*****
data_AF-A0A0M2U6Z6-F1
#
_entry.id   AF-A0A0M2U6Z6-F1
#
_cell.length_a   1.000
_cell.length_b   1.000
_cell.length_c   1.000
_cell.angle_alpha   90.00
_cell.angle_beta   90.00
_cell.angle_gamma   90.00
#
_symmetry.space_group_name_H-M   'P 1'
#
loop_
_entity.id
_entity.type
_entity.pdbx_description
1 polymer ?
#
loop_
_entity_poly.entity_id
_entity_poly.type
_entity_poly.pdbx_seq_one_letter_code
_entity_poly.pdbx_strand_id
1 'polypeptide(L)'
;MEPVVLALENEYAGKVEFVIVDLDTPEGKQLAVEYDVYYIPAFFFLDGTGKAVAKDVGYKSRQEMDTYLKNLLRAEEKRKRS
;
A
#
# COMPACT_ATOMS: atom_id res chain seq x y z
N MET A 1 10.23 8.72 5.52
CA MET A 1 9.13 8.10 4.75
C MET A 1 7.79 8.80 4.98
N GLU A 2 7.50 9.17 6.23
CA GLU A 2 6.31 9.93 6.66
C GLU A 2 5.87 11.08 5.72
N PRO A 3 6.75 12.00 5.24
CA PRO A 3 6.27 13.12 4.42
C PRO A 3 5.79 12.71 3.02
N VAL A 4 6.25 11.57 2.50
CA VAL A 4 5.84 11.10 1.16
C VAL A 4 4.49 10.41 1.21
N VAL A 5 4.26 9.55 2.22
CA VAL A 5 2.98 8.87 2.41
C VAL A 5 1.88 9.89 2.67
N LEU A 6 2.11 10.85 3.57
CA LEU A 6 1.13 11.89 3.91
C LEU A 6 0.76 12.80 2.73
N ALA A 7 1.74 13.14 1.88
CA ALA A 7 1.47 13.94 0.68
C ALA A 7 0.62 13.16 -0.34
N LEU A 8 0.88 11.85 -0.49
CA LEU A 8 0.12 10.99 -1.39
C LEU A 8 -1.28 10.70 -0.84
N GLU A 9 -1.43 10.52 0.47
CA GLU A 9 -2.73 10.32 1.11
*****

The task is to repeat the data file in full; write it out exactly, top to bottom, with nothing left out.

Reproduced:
data_AF-A0A0M2U6Z6-F1
#
_entry.id   AF-A0A0M2U6Z6-F1
#
_cell.length_a   1.000
_cell.length_b   1.000
_cell.length_c   1.000
_cell.angle_alpha   90.00
_cell.angle_beta   90.00
_cell.angle_gamma   90.00
#
_symmetry.space_group_name_H-M   'P 1'
#
loop_
_entity.id
_entity.type
_entity.pdbx_description
1 polymer ?
#
loop_
_entity_poly.entity_id
_entity_poly.type
_entity_poly.pdbx_seq_one_letter_code
_entity_poly.pdbx_strand_id
1 'polypeptide(L)'
;MEPVVLALENEYAGKVEFVIVDLDTPEGKQLAVEYDVYYIPAFFFLDGTGKAVAKDVGYKSRQEMDTYLKNLLRAEEKRKRS
;
A
#
# COMPACT_ATOMS: atom_id res chain seq x y z
N MET A 1 10.23 8.72 5.52
CA MET A 1 9.13 8.10 4.75
C MET A 1 7.79 8.80 4.98
N GLU A 2 7.50 9.17 6.23
CA GLU A 2 6.31 9.93 6.66
C GLU A 2 5.87 11.08 5.72
N PRO A 3 6.75 12.00 5.24
CA PRO A 3 6.27 13.12 4.42
C PRO A 3 5.79 12.71 3.02
N VAL A 4 6.25 11.57 2.50
CA VAL A 4 5.84 11.10 1.16
C VAL A 4 4.49 10.41 1.21
N VAL A 5 4.26 9.55 2.22
CA VAL A 5 2.98 8.87 2.41
C VAL A 5 1.88 9.89 2.67
N LEU A 6 2.11 10.85 3.57
CA LEU A 6 1.13 11.89 3.91
C LEU A 6 0.76 12.80 2.73
N ALA A 7 1.74 13.14 1.88
CA ALA A 7 1.47 13.94 0.68
C ALA A 7 0.62 13.16 -0.34
N LEU A 8 0.88 11.85 -0.49
CA LEU A 8 0.12 10.99 -1.39
C LEU A 8 -1.28 10.70 -0.84
N GLU A 9 -1.43 10.52 0.47
CA GLU A 9 -2.73 10.32 1.11